Aaron Judge said it would have been “nice” to hit his 62nd home run of the season at home and “do something special like that for the home fans,” but at the end of the day, he didn’t feel any pressure to break his tie with Roger Maris in the Yankees’ final home series this weekend.
“I have a job to do, to get ready for the postseason,” Judge said after going homerless for the three-game set. “There have been stretches throughout this year where I’ve had at-bats where I didn’t get too much to hit or pitchers nibbled, but that comes with the territory. When I get a pitch to hit I have to drive it, and if not, I have to pass the baton. I had some opportunities today and just missed out, but I just have to hope the guy behind you picks us up.”
Yankees manager Aaron Boone noted Sunday something he’s said multiple times before (and so has Judge) in discussing Judge’s chase of Maris: as easy as Judge makes it look, hitting a homer is hard.
“Obviously that would’ve been amazing to do it here, but as we’ve said, it’s really hard to hit a home run, especially when the circumstances are what they are,” Boone said. “A lot of things have to sync up for even the greatest of the great to go deep. Obviously would’ve been great to see here, but we move on.”
Judge says he isn’t any more exhausted than he has been at the end of any 162-game season, nor does he want to take a day off in Texas – “maybe not play both ends of (Tuesday’s) doubleheader, but we have quite a few days off after (Wednesday) so that’s when I’ll rest,” he said – but his skipper has to wonder if this is all weighing on his MVP candidate, and whether or not a mental day off will help.
“I think it’s been a lot, but I don’t know if it’s necessarily worn him down any more than it being the time of year it is,” Boone said. “I’m sure on some level he wants to get it done and over with, and no question I think he wanted to get it done here, but I don’t think it weighs on him too much. But, we’ll continue to work through whether we think he needs a day off or not.”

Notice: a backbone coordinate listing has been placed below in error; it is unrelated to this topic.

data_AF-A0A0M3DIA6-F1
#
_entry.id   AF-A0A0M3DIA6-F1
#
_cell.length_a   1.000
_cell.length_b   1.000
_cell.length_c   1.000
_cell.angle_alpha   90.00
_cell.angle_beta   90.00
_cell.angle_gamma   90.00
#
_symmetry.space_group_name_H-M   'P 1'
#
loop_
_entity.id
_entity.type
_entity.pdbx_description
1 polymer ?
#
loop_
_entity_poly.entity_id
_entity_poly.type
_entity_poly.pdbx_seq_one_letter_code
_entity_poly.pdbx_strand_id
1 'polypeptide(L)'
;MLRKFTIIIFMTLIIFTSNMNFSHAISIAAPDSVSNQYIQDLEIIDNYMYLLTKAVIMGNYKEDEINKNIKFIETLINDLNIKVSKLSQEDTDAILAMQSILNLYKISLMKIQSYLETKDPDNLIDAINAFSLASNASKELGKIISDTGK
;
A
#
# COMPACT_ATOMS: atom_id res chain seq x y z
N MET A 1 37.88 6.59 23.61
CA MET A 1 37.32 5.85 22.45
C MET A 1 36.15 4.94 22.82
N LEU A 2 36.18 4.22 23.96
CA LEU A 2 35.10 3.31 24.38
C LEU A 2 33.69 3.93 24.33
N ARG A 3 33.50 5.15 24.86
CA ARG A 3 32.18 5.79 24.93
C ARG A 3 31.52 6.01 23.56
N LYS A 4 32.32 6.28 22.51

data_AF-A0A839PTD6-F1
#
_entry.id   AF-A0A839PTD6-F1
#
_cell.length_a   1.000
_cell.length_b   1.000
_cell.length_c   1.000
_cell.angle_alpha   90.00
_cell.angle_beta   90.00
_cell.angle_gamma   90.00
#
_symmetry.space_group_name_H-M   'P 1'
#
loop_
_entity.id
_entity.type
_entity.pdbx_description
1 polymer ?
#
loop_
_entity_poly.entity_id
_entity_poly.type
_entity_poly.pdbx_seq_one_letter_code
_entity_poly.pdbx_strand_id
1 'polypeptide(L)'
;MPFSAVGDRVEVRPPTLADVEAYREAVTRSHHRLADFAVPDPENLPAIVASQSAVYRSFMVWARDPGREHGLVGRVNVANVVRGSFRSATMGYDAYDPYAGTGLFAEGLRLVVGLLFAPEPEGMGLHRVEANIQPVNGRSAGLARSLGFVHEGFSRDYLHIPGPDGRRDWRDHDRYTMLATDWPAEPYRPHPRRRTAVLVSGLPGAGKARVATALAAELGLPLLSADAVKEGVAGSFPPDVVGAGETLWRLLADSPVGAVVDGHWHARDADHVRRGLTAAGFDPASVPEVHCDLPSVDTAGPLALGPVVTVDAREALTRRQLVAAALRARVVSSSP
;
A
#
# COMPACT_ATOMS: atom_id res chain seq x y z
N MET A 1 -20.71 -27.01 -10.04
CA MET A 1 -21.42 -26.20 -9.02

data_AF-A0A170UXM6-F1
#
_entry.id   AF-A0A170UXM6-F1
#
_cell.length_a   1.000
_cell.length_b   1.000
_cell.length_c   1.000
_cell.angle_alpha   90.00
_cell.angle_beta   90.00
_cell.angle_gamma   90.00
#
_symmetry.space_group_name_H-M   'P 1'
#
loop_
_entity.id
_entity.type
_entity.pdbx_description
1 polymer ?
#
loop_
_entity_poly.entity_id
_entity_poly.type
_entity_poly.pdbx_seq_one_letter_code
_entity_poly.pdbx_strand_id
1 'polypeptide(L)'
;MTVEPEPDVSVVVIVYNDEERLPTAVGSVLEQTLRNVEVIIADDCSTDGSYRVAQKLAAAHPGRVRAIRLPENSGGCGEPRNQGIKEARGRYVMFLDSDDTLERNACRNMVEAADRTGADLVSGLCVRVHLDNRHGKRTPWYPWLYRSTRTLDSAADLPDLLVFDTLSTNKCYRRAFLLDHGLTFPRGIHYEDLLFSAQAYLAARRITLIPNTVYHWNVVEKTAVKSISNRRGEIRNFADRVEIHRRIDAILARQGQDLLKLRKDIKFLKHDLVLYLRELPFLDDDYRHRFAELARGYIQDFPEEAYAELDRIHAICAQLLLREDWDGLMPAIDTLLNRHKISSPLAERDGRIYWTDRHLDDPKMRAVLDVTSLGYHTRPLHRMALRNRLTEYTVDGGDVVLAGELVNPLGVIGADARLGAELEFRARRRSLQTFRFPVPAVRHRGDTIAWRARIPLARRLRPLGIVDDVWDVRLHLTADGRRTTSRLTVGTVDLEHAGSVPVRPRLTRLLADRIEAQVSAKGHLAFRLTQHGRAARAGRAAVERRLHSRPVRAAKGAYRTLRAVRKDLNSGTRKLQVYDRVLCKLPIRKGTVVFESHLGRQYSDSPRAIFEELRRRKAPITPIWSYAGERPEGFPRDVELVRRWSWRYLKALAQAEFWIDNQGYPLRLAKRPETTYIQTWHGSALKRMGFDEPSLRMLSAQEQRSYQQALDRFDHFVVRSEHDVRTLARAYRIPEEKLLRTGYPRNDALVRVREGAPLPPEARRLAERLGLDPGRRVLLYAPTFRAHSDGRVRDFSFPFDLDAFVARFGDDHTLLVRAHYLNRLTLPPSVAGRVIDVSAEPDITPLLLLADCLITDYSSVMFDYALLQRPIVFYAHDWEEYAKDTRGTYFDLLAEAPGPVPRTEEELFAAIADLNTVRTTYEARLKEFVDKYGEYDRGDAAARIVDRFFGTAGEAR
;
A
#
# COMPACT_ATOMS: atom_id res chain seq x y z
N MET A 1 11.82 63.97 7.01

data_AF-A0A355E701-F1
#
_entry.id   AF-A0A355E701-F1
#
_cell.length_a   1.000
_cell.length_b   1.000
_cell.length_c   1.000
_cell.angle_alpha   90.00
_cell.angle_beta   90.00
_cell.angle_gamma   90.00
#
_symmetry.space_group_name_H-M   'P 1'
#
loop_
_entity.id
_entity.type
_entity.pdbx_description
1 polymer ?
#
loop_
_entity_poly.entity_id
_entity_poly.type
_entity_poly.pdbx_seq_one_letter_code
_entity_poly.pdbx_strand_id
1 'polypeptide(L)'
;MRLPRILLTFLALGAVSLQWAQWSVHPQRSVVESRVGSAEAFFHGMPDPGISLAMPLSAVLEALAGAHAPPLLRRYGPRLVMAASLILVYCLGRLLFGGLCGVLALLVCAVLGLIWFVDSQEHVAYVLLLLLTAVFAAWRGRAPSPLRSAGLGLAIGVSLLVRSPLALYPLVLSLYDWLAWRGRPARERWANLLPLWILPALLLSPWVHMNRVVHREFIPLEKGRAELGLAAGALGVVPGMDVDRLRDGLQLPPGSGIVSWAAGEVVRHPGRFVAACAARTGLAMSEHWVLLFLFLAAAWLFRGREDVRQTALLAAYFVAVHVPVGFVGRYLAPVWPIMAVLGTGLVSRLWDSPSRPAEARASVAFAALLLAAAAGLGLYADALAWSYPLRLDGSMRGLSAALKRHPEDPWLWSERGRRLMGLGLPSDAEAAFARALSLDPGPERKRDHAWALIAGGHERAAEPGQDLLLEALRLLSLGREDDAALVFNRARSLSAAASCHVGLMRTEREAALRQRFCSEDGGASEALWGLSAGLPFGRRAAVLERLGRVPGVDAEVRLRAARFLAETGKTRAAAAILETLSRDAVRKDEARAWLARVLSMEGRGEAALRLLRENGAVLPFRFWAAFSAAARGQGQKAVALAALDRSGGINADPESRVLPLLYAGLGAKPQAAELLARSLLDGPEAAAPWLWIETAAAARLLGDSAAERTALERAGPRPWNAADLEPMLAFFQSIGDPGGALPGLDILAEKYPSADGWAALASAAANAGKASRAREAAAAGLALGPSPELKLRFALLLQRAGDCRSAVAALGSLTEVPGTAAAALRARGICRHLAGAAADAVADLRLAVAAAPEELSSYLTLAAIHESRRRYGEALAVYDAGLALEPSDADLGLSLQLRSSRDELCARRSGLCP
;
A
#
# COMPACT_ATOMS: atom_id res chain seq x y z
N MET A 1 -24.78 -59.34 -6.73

With four games left, the Yankees’ remaining slate is window-dressing, as they’re locked into the No. 2 seed in the AL and used Sunday to insert Chi Chi Gonzalez into the rotation as an extra starter to be able to let everyone else besides Nestor Cortes get their last turn in Texas – and that, Judge says, is the luxury that means most to the Yankees right now.
“Thankfully were in a position where we’ve won the division, so these last couple games we can line ourselves up for the postseason,” he said.
But, finally, 158 games into the most historic season in Yankees history, Judge finally gave a glimpse into what this whole situation may mean in his heart and mind.
“This is incredible. Yankees fans are the best out there, and they continue to show the support day in and day out. They’re on their feet screaming, and then you can hear a pin drop before a pitch is thrown. Pretty cool,” Judge said of the atmosphere at Yankee Stadium over the last two homestands. “You appreciate it and feel it and hear it, but when you step in the box, you have to block it out. It’s time to do your job and not get caught up in the moment.”
Of course, his finish to that thought on atmosphere was “that’ll gear us up for the postseason,” so he of course turned it back to the team, staying humble while the literal weight of Yankees Universe rests on his shoulders.
“This is a good place to be. Very few people get this opportunity, and for me to do it in a Yankee uniform and be tied with Roger Maris, that’s a special feat right there,” Judge said. “We still have four more games to go, and my teammates keep me humble.”
And four more games (hopefully) to make a run at the Triple Crown, too, ending Sunday with a .311 average that is four points behind Minnesota’s Luis Arraez for the only category he isn’t crushing (he is eight RBI up on Jose Ramirez and 22 homers up on Mike Trout).
But even that, of course, isn’t on his mind, as well as he had been hitting in the second half before going 8-for-30 (and counting) since hitting No. 60 against Pittsburgh last Tuesday.
“That would be amazing, but we’re still a long way from that, so we’ll see how the next four games go,” he said with a smile.
Oh, yeah, and four more games for one record-setting home run, too.
“Yeah, it didn’t happen,” he said with a smile, “but the season’s not over yet!”
Follow Lou DiPietro on Twitter: @LouDiPietroWFAN